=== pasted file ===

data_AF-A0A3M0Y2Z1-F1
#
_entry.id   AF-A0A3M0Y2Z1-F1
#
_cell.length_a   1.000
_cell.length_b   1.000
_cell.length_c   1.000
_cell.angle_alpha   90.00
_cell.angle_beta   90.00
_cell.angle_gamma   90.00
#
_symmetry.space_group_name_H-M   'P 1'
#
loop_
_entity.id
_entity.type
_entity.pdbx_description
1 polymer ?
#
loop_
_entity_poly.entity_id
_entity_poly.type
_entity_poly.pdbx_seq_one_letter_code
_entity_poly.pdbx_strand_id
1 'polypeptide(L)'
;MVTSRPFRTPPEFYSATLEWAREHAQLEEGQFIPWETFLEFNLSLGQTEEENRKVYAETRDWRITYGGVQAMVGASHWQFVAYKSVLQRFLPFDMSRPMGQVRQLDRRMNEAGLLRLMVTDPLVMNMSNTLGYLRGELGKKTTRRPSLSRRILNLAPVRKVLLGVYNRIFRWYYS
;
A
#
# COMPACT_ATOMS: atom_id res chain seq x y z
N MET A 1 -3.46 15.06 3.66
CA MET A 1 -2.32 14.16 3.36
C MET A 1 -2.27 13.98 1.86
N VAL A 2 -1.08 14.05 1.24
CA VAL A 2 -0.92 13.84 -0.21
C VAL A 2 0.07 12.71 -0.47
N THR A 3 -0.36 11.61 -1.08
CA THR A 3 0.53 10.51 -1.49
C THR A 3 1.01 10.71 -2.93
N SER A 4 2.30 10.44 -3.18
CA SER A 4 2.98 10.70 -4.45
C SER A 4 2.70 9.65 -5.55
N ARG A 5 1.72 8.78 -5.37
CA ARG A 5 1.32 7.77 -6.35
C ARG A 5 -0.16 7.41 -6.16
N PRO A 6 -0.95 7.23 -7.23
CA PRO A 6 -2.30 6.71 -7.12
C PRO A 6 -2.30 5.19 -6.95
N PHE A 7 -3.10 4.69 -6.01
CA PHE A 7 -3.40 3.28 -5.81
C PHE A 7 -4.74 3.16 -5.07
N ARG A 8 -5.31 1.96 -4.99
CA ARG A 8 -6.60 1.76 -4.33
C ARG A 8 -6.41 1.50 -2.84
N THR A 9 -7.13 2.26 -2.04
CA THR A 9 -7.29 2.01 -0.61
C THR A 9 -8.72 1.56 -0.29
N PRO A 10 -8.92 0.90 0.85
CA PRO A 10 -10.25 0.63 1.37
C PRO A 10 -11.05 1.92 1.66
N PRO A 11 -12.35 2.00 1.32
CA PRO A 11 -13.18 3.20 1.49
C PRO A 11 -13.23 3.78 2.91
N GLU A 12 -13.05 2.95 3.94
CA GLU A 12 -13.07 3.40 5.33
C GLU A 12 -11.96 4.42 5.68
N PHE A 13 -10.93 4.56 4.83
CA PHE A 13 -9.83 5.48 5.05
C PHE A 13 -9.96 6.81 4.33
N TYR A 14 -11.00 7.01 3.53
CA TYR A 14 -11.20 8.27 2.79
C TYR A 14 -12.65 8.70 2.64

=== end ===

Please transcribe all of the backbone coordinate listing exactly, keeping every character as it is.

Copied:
data_AF-A0A3M0Y2Z1-F1
#
_entry.id   AF-A0A3M0Y2Z1-F1
#
_cell.length_a   1.000
_cell.length_b   1.000
_cell.length_c   1.000
_cell.angle_alpha   90.00
_cell.angle_beta   90.00
_cell.angle_gamma   90.00
#
_symmetry.space_group_name_H-M   'P 1'
#
loop_
_entity.id
_entity.type
_entity.pdbx_description
1 polymer ?
#
loop_
_entity_poly.entity_id
_entity_poly.type
_entity_poly.pdbx_seq_one_letter_code
_entity_poly.pdbx_strand_id
1 'polypeptide(L)'
;MVTSRPFRTPPEFYSATLEWAREHAQLEEGQFIPWETFLEFNLSLGQTEEENRKVYAETRDWRITYGGVQAMVGASHWQFVAYKSVLQRFLPFDMSRPMGQVRQLDRRMNEAGLLRLMVTDPLVMNMSNTLGYLRGELGKKTTRRPSLSRRILNLAPVRKVLLGVYNRIFRWYYS
;
A
#
# COMPACT_ATOMS: atom_id res chain seq x y z
N MET A 1 -3.46 15.06 3.66
CA MET A 1 -2.32 14.16 3.36
C MET A 1 -2.27 13.98 1.86
N VAL A 2 -1.08 14.05 1.24
CA VAL A 2 -0.92 13.84 -0.21
C VAL A 2 0.07 12.71 -0.47
N THR A 3 -0.36 11.61 -1.08
CA THR A 3 0.53 10.51 -1.49
C THR A 3 1.01 10.71 -2.93
N SER A 4 2.30 10.44 -3.18
CA SER A 4 2.98 10.70 -4.45
C SER A 4 2.70 9.65 -5.55
N ARG A 5 1.72 8.78 -5.37
CA ARG A 5 1.32 7.77 -6.35
C ARG A 5 -0.16 7.41 -6.16
N PRO A 6 -0.95 7.23 -7.23
CA PRO A 6 -2.30 6.71 -7.12
C PRO A 6 -2.30 5.19 -6.95
N PHE A 7 -3.10 4.69 -6.01
CA PHE A 7 -3.40 3.28 -5.81
C PHE A 7 -4.74 3.16 -5.07
N ARG A 8 -5.31 1.96 -4.99
CA ARG A 8 -6.60 1.76 -4.33
C ARG A 8 -6.41 1.50 -2.84
N THR A 9 -7.13 2.26 -2.04
CA THR A 9 -7.29 2.01 -0.61
C THR A 9 -8.72 1.56 -0.29
N PRO A 10 -8.92 0.90 0.85
CA PRO A 10 -10.25 0.63 1.37
C PRO A 10 -11.05 1.92 1.66
N PRO A 11 -12.35 2.00 1.32
CA PRO A 11 -13.18 3.20 1.49
C PRO A 11 -13.23 3.78 2.91
N GLU A 12 -13.05 2.95 3.94
CA GLU A 12 -13.07 3.40 5.33
C GLU A 12 -11.96 4.42 5.68
N PHE A 13 -10.93 4.56 4.83
CA PHE A 13 -9.83 5.48 5.05
C PHE A 13 -9.96 6.81 4.33
N TYR A 14 -11.00 7.01 3.53
CA TYR A 14 -11.20 8.27 2.79
C TYR A 14 -12.65 8.70 2.64